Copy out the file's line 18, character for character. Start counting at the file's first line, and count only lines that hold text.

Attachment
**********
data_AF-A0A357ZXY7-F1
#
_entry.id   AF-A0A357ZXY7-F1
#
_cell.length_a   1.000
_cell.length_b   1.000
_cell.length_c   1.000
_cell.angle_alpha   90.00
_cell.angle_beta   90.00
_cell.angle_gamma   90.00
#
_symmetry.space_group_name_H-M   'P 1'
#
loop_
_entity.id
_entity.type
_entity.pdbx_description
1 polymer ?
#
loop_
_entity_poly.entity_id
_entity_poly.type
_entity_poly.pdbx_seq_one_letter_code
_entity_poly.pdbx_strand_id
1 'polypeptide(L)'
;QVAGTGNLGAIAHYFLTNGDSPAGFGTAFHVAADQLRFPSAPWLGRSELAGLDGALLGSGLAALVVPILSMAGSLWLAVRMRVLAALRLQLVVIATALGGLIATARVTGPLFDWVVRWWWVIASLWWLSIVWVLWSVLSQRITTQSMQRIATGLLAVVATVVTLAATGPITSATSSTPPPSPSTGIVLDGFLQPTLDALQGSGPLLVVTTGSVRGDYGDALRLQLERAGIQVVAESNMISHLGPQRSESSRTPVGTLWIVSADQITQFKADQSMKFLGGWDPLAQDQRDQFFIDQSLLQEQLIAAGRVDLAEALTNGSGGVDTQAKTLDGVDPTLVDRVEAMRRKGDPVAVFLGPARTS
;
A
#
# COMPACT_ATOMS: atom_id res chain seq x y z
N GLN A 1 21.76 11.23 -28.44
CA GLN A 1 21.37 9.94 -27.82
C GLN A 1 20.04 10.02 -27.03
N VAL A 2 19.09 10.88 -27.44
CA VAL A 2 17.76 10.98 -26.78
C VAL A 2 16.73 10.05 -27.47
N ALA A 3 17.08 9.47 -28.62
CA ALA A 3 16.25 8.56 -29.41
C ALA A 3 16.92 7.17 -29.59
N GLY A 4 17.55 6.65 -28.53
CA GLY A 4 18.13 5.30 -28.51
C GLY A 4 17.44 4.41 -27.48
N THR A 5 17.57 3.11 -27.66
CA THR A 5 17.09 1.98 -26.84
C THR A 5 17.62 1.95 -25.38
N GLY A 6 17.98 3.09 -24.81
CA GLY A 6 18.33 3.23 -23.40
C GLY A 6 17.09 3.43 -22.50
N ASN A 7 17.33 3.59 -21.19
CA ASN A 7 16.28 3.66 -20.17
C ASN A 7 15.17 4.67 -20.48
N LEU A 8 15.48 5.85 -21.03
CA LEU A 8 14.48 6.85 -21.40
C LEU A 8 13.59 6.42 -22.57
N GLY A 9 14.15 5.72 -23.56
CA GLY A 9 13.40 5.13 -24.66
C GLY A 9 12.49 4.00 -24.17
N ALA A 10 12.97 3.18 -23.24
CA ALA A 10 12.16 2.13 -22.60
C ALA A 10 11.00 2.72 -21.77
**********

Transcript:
1 polymer ?